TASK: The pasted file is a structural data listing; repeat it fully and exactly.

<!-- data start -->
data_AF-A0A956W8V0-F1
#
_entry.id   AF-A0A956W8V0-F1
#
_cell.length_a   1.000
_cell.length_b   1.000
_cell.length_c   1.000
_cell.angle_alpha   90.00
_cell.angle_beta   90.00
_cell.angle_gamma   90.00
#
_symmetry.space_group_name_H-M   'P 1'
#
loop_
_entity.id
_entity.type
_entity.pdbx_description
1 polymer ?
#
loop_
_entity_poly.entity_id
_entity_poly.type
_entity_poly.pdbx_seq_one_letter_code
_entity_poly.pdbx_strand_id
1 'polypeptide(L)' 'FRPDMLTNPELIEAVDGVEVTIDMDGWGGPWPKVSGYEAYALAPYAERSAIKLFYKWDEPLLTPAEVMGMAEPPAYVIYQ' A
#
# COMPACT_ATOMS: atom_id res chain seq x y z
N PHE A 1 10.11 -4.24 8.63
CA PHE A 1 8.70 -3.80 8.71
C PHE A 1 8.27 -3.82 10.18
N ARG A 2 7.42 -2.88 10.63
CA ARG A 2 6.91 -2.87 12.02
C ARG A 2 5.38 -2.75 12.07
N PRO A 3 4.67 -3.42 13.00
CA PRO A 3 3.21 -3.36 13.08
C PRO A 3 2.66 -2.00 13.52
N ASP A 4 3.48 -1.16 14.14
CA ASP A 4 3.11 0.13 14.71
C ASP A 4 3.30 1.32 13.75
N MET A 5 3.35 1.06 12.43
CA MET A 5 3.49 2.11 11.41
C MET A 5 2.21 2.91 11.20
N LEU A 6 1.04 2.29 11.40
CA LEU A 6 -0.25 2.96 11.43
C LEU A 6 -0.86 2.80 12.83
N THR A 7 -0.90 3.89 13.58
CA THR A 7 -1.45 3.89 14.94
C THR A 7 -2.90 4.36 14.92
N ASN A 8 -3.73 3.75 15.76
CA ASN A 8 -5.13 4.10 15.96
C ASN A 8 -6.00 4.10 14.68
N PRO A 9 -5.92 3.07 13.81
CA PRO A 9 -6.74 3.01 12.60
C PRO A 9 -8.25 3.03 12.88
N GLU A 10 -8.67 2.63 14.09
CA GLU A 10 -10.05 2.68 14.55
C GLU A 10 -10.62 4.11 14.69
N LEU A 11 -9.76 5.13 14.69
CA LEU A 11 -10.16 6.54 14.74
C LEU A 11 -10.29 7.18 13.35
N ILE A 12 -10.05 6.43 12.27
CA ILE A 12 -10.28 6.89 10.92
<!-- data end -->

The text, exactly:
data_AF-A0A956W8V0-F1
#
_entry.id   AF-A0A956W8V0-F1
#
_cell.length_a   1.000
_cell.length_b   1.000
_cell.length_c   1.000
_cell.angle_alpha   90.00
_cell.angle_beta   90.00
_cell.angle_gamma   90.00
#
_symmetry.space_group_name_H-M   'P 1'
#
loop_
_entity.id
_entity.type
_entity.pdbx_description
1 polymer ?
#
loop_
_entity_poly.entity_id
_entity_poly.type
_entity_poly.pdbx_seq_one_letter_code
_entity_poly.pdbx_strand_id
1 'polypeptide(L)' 'FRPDMLTNPELIEAVDGVEVTIDMDGWGGPWPKVSGYEAYALAPYAERSAIKLFYKWDEPLLTPAEVMGMAEPPAYVIYQ' A
#
# COMPACT_ATOMS: atom_id res chain seq x y z
N PHE A 1 10.11 -4.24 8.63
CA PHE A 1 8.70 -3.80 8.71
C PHE A 1 8.27 -3.82 10.18
N ARG A 2 7.42 -2.88 10.63
CA ARG A 2 6.91 -2.87 12.02
C ARG A 2 5.38 -2.75 12.07
N PRO A 3 4.67 -3.42 13.00
CA PRO A 3 3.21 -3.36 13.08
C PRO A 3 2.66 -2.00 13.52
N ASP A 4 3.48 -1.16 14.14
CA ASP A 4 3.11 0.13 14.71
C ASP A 4 3.30 1.32 13.75
N MET A 5 3.35 1.06 12.43
CA MET A 5 3.49 2.11 11.41
C MET A 5 2.21 2.91 11.20
N LEU A 6 1.04 2.29 11.40
CA LEU A 6 -0.25 2.96 11.43
C LEU A 6 -0.86 2.80 12.83
N THR A 7 -0.90 3.89 13.58
CA THR A 7 -1.45 3.89 14.94
C THR A 7 -2.90 4.36 14.92
N ASN A 8 -3.73 3.75 15.76
CA ASN A 8 -5.13 4.10 15.96
C ASN A 8 -6.00 4.10 14.68
N PRO A 9 -5.92 3.07 13.81
CA PRO A 9 -6.74 3.01 12.60
C PRO A 9 -8.25 3.03 12.88
N GLU A 10 -8.67 2.63 14.09
CA GLU A 10 -10.05 2.68 14.55
C GLU A 10 -10.62 4.11 14.69
N LEU A 11 -9.76 5.13 14.69
CA LEU A 11 -10.16 6.54 14.74
C LEU A 11 -10.29 7.18 13.35
N ILE A 12 -10.05 6.43 12.27
CA ILE A 12 -10.28 6.89 10.92